So it was hard at the beginning just to get people to take us seriously if we ask for, you know, connection. So saying, you know, we're looking for a designer. Do you know anyone in your network? Maybe people would say something like, I'm not sure if you guys are far enough along, come back to me a little bit later.

And then maybe I can see if there's someone I can introduce you to. Also, just being a first time founder is difficult. We're basically doing everything for the first time. And there's a lot of, a lot of moving pieces, and a lot to keep track of, and a lot of things where you have to make a lot of decisions where you just don't know if it's the right decision or not, and if it's wrong, then maybe you just wasted, uh, a lot of money.

So, I think just being a first time founder. In general has been difficult and building in the footwear spaces is not exactly easy either

Andrea:  When it came to finding your designer. What was that process like? And how did you know that he was the one that you were going to work with? 

Aaron: So we initially we started with kind of like cheap designers because we didn't necessarily know how important the initial design was.

So we started with people on. People per hour, for example, up work. And I think we spent on the first design. We spent like 5 and we just got a two d like a two dimensional drawing just so we could start showing people what the vision was. We didn't think that that would actually allow us to produce it, but we wanted just something to show people.

And then we paid maybe like 25 to get a 3D printable file. And our plan was to print it at the 3D printing lab at University of Chicago. Which is where we were at the time, but then we sent the file to the people over there. We showed up and they said, we can't print this shoe because number 1, it's 1 inch by 1 inch.

So even if we did print it, it's probably not going to be that helpful. And then also there are issues in the file where it just made it. Unprintable, so then had to go back to the drawing board. I think we went back to people per hour or up work and got a 3D model, not 3D printable, but just a 3D model again, just to show people.

What the idea was and then eventually found our designer who he worked at Reebok for about 15 years. He has about 30 years of experience total in the industry, and that was actually just through cold outreach on LinkedIn. So I talked to, because sustainability is also something that's important to us.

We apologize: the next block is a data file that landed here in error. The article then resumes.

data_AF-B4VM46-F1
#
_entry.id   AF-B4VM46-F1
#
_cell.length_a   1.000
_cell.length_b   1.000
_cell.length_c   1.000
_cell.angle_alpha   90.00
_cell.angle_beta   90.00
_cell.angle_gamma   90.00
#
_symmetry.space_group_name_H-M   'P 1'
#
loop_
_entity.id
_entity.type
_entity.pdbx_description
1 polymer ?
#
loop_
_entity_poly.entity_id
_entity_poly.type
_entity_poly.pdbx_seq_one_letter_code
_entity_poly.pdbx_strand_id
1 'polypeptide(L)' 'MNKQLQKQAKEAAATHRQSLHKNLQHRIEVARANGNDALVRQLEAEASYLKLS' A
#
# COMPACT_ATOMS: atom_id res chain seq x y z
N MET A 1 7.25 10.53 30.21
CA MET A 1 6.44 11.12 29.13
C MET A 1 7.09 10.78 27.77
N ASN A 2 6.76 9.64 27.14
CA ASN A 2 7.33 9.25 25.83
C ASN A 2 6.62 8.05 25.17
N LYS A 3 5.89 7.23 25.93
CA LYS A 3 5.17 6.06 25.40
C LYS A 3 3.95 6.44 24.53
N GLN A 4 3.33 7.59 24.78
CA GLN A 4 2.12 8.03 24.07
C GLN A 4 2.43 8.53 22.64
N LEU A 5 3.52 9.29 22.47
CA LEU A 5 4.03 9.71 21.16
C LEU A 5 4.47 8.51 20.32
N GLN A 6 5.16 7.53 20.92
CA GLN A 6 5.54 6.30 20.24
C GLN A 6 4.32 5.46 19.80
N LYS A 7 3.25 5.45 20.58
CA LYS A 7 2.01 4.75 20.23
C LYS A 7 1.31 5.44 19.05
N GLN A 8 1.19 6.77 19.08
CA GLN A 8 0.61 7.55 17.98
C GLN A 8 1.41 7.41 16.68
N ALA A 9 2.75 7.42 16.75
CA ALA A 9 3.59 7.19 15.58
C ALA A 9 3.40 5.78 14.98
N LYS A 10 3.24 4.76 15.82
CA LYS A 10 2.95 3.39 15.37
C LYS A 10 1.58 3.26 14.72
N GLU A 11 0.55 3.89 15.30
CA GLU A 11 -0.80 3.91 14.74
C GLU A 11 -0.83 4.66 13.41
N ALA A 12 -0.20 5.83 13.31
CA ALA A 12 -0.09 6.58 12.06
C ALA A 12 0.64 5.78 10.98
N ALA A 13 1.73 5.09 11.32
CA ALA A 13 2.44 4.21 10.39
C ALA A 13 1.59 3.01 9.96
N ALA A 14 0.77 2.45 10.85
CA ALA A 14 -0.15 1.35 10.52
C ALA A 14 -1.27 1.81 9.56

So I reached out to someone who worked on a sustainable shoe at Reebok, and we talked to her about different sustainable materials, things like that. And then maybe a few months later, I reached out to her and I said, Hey, is there anyone, you know, Who might be interested in taking on this design project for us and then she connected us to our designer who he's basically like a freelancer now and it's kind of funny because since we've gotten a designer, basically, there's just a ton of designers who are reaching out to me asking if if we need any help.

Or there's a ton of designers who are coming across. My radar. So it's kind of like once you find it, it's super easy, but getting that first person to buy in and actually do the design for you was kind of difficult.

Andrea: Aaron shares with us how proving oneself as an entrepreneur is most def a thing. I can certainly relate. It's ongoing and it never ends, but he gathers his resources and eventually finds ideal help to create his product. Next up, Aaron talks about how he's been able to use his legal background as an entrepreneur.

Aaron: Yeah. So I think, um, just in general, a lot of people don't necessarily see how law can help you in entrepreneurship or vice versa. But I mean, part of the reason is because a lot of entrepreneurs, they're very risk seeking. They're very willing to take on risks. And in law school, they teach you basically to avoid risks and a lot of lawyers and law firms are very risk averse.

So initially it seems pretty hard to marry those two things, but I actually worked last summer. I was working at a startup, uh, dietary supplement startup and somewhat of a kind of a hybrid role between business and law. So on the business side, I was helping with fundraising. And on the legal side, there's a lot of, there's a lot of ways you can get in trouble in the dietary supplement space legally just with the FDA.

So you want to make sure that you're not making any claims about your products that are misleading or they're not true. So you don't want to say that your product is effective in a way that you're not actually sure it's effective or it hasn't really been tested and proven. And also another big no, no is you don't want to.